The story was simple, relevant and compelling…triumph over circumstance.
More recently, the naming of MCS Teacher Allison Chick as TN Teacher of the year provided the district with an opportunity to tell the stories of teachers who are going above and beyond to be a positive force in the lives of their children.
There are many teachers in Memphis who are a part of the I teach. I am. initiative. This program tells a compelling narrative. Unfortunately, it took me Googling Ms. Chick’s name to find it.
These examples, and hundreds more like them, are stories that need to be told. Stories of overcoming the odds. Stories that not only highlight individual achievement, but change the narrative that people somehow build success in a vacuum.
People need evidence of success to strengthen their hope, faith and resolve that things can get better. There is no single magic bullet. At this point, the district isn’t even firing a shot. The result is a continued belief that nothing is getting better and nothing can be done.
It is critical that the district challenge that narrative head on.
What Our Schools Say About Us
The disconnect is stunning. As a community, we conveniently ignore the fact that if our schools are failing, we as a community are failing.
Yet those who would seek to discredit the City schools continue to point to them as a failure, even though they themselves are complicit in that failure.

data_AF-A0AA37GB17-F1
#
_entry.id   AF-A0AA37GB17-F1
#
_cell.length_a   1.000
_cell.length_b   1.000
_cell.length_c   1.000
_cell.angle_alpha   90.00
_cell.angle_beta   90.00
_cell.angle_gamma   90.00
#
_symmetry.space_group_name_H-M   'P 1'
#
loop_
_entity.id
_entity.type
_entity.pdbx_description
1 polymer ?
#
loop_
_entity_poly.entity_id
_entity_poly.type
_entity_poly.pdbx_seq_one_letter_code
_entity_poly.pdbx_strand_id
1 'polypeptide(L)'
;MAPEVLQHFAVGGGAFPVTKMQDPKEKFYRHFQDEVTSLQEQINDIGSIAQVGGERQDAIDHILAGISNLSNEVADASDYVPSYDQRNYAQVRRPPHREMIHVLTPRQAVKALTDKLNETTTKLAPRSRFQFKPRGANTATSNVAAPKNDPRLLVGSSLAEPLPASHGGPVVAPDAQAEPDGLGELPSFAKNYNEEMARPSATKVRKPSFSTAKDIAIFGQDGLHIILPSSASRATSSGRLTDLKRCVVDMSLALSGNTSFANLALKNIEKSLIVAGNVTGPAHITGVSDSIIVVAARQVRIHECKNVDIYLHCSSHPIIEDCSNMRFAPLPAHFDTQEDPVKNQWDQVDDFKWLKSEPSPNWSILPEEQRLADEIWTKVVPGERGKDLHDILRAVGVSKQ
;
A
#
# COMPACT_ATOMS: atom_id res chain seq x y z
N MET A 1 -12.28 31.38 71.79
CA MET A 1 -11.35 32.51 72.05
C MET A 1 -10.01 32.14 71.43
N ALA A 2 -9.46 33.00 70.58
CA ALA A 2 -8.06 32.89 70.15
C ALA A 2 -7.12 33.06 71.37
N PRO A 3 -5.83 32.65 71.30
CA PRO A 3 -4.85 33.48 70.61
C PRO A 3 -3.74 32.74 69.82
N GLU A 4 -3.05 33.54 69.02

By failing to address the circumstances that are a drag on the development of our children and our overall prosperity we fail to recognize that we’re all in this together…whether we like it or not.
Some try to excuse these failures by characterizing whole classes of people as lazy or worse. Truth be told, if there were as many lazy folks in our community as people claim, the uphill battle would be far steeper than it is today. No man is an island. Without meaningful and widespread support, even the most gifted fail.
The end result is, as a community, we’ve proven to be either too selfish, or short-sighted to even begin to tackle these longstanding problems that ultimately impact educational attainment and community prosperity.
In the long run, we’re doing nothing but hurting ourselves.
The Power of Belief
Over two years ago, when the Grizzlies began the “Believe Memphis” campaign, a lot of us thought it was a joke. I’ll admit to openly mocking it.
In the time since I’ve become a believer.
This isn’t just because of the words, though that helped, but also because of the results. The team went on to prove me wrong in my belief to a point that they changed my belief.
Building success in education takes more than a season, but there are many little agreements that can be sought to build that larger agreement of belief.
Telling your story is the first step to building belief. It shows people that you not only care, but that you care enough to say it in a meaningful, coherent and engaging way.